An alert FrontBurnervian passes along a new Wired story that succinctly explains the phenomenon of “induced demand” when it comes to highways. (Yes, this is another post about the debate over Interstate 345.)
You’ve likely heard the phrase on this blog before, but to explain again: the evidence suggests that as you build more roads in a city, the number of miles driven by the people of that city increases at the same pace. Traffic congestion therefore remains constant, because making driving easier just leads to more drivers.
The Wired piece points out what you’ve also heard argued on this blog previously: that in other cities, like Seoul and San Francisco and Paris, highway capacity has been substantially reduced and traffic didn’t get worse, while other elements, like pollution levels, actually improved.
But then how could we decrease congestion?
Turner explained that the way we use roads right now is a bit like the Soviet Union’s method of distributing bread. Under the communist government, goods were given equally to all, with a central authority setting the price for each commodity. Because that price was often far less than what people were willing to pay for that good, comrades would rush to purchase it, forming lines around the block.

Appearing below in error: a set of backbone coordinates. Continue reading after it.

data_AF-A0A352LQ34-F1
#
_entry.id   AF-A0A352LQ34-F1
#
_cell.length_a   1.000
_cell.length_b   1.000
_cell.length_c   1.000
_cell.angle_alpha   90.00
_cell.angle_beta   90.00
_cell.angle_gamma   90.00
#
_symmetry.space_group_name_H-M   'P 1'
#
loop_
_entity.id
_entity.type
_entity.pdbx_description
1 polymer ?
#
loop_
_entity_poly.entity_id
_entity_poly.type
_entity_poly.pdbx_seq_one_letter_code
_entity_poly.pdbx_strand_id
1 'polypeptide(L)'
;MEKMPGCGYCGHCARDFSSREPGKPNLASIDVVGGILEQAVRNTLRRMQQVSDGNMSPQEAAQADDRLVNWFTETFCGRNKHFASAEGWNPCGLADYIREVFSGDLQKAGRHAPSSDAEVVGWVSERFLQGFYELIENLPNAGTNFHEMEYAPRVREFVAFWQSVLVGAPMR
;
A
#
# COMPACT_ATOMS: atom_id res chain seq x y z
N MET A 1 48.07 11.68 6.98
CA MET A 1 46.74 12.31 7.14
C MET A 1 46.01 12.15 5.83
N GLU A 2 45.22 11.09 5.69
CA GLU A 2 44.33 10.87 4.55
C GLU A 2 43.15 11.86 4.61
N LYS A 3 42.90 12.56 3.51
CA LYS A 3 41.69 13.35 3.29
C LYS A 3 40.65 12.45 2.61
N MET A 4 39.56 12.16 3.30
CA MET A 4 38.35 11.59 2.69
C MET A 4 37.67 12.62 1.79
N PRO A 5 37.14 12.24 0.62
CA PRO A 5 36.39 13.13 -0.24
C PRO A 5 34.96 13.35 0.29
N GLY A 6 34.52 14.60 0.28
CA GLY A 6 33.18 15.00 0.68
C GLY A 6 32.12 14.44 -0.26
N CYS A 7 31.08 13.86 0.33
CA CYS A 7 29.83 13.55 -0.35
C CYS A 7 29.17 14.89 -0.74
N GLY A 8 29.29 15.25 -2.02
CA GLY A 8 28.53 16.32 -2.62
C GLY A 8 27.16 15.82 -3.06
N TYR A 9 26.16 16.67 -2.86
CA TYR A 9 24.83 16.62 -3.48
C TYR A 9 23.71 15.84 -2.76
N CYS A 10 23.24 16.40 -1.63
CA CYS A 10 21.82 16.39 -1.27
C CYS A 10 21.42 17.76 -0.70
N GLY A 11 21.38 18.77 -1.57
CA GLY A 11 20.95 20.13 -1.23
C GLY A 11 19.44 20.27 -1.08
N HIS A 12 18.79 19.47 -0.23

The U.S. government is also in the business of providing people with a good they really want: roads. And just like the old Soviets, Uncle Sam is giving this commodity away for next to nothing. Is the solution then to privatize all roads? Not unless you’re living in some libertarian fantasyland. What Turner and Duranton (and many others who’d like to see more rational transportation policy) actually advocate is known as congestion pricing.
Trouble is voters don’t like congestion pricing — paying for something that used to be free — so that may be a difficult sell. Another possible solution?
Parking in most cities is far cheaper than it should be, and it’s too often free.
“Because it’s free, people will misuse it and it will be full all the time,” said Duranton. Drivers searching for parking contribute significantly to road congestion. “There are some estimates that say in the central part of cities up to 30 percent of driving is people just cruising around for parking,” Duranton said.
Increasing the price of a parking spot when demand is high would encourage people to leave sooner, letting more drivers occupy the same spot during the day. San Francisco did exactly this starting in 2011 and the results have been a boon to retailers because more customers are able to park in front of their stores. And because prices go down when demand is low, the program has actually saved motorists money.
I’ve said it before: You want me off the road and on the bus to work each day? You’re going to have to make me pay a lot more to park downtown.